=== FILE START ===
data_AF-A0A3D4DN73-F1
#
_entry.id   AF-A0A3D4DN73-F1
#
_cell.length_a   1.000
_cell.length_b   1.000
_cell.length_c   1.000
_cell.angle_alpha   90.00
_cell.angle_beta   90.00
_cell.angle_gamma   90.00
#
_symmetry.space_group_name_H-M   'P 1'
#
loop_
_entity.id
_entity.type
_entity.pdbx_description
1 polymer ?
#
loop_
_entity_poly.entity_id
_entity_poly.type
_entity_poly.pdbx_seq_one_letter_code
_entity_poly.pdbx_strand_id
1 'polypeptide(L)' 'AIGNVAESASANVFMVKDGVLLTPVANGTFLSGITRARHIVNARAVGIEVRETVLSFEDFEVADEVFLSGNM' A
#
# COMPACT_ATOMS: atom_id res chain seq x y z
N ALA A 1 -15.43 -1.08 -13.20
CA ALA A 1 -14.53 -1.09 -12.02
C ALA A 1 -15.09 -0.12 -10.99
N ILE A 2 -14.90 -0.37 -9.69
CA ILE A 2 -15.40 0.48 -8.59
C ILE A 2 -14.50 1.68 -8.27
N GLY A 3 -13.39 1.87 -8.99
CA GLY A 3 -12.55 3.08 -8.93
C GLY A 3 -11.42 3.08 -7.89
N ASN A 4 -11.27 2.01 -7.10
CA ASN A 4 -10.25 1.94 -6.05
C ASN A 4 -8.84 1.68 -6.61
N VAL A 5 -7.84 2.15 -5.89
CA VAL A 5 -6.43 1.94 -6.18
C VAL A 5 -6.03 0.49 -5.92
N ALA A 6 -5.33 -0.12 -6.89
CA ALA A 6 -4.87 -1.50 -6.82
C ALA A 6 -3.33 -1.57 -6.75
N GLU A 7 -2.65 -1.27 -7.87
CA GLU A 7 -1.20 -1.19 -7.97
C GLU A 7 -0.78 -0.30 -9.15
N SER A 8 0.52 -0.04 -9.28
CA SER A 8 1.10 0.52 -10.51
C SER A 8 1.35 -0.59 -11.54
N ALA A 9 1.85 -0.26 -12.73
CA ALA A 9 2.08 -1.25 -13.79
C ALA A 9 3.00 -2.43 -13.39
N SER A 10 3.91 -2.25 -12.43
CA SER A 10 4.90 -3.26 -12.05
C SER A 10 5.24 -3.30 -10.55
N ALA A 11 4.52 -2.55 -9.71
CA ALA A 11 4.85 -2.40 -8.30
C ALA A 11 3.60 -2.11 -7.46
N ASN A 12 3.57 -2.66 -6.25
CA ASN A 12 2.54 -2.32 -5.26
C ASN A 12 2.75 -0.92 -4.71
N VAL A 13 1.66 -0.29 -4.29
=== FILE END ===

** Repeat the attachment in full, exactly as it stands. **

data_AF-A0A3D4DN73-F1
#
_entry.id   AF-A0A3D4DN73-F1
#
_cell.length_a   1.000
_cell.length_b   1.000
_cell.length_c   1.000
_cell.angle_alpha   90.00
_cell.angle_beta   90.00
_cell.angle_gamma   90.00
#
_symmetry.space_group_name_H-M   'P 1'
#
loop_
_entity.id
_entity.type
_entity.pdbx_description
1 polymer ?
#
loop_
_entity_poly.entity_id
_entity_poly.type
_entity_poly.pdbx_seq_one_letter_code
_entity_poly.pdbx_strand_id
1 'polypeptide(L)' 'AIGNVAESASANVFMVKDGVLLTPVANGTFLSGITRARHIVNARAVGIEVRETVLSFEDFEVADEVFLSGNM' A
#
# COMPACT_ATOMS: atom_id res chain seq x y z
N ALA A 1 -15.43 -1.08 -13.20
CA ALA A 1 -14.53 -1.09 -12.02
C ALA A 1 -15.09 -0.12 -10.99
N ILE A 2 -14.90 -0.37 -9.69
CA ILE A 2 -15.40 0.48 -8.59
C ILE A 2 -14.50 1.68 -8.27
N GLY A 3 -13.39 1.87 -8.99
CA GLY A 3 -12.55 3.08 -8.93
C GLY A 3 -11.42 3.08 -7.89
N ASN A 4 -11.27 2.01 -7.10
CA ASN A 4 -10.25 1.94 -6.05
C ASN A 4 -8.84 1.68 -6.61
N VAL A 5 -7.84 2.15 -5.89
CA VAL A 5 -6.43 1.94 -6.18
C VAL A 5 -6.03 0.49 -5.92
N ALA A 6 -5.33 -0.12 -6.89
CA ALA A 6 -4.87 -1.50 -6.82
C ALA A 6 -3.33 -1.57 -6.75
N GLU A 7 -2.65 -1.27 -7.87
CA GLU A 7 -1.20 -1.19 -7.97
C GLU A 7 -0.78 -0.30 -9.15
N SER A 8 0.52 -0.04 -9.28
CA SER A 8 1.10 0.52 -10.51
C SER A 8 1.35 -0.59 -11.54
N ALA A 9 1.85 -0.26 -12.73
CA ALA A 9 2.08 -1.25 -13.79
C ALA A 9 3.00 -2.43 -13.39
N SER A 10 3.91 -2.25 -12.43
CA SER A 10 4.90 -3.26 -12.05
C SER A 10 5.24 -3.30 -10.55
N ALA A 11 4.52 -2.55 -9.71
CA ALA A 11 4.85 -2.40 -8.30
C ALA A 11 3.60 -2.11 -7.46
N ASN A 12 3.57 -2.66 -6.25
CA ASN A 12 2.54 -2.32 -5.26
C ASN A 12 2.75 -0.92 -4.71
N VAL A 13 1.66 -0.29 -4.29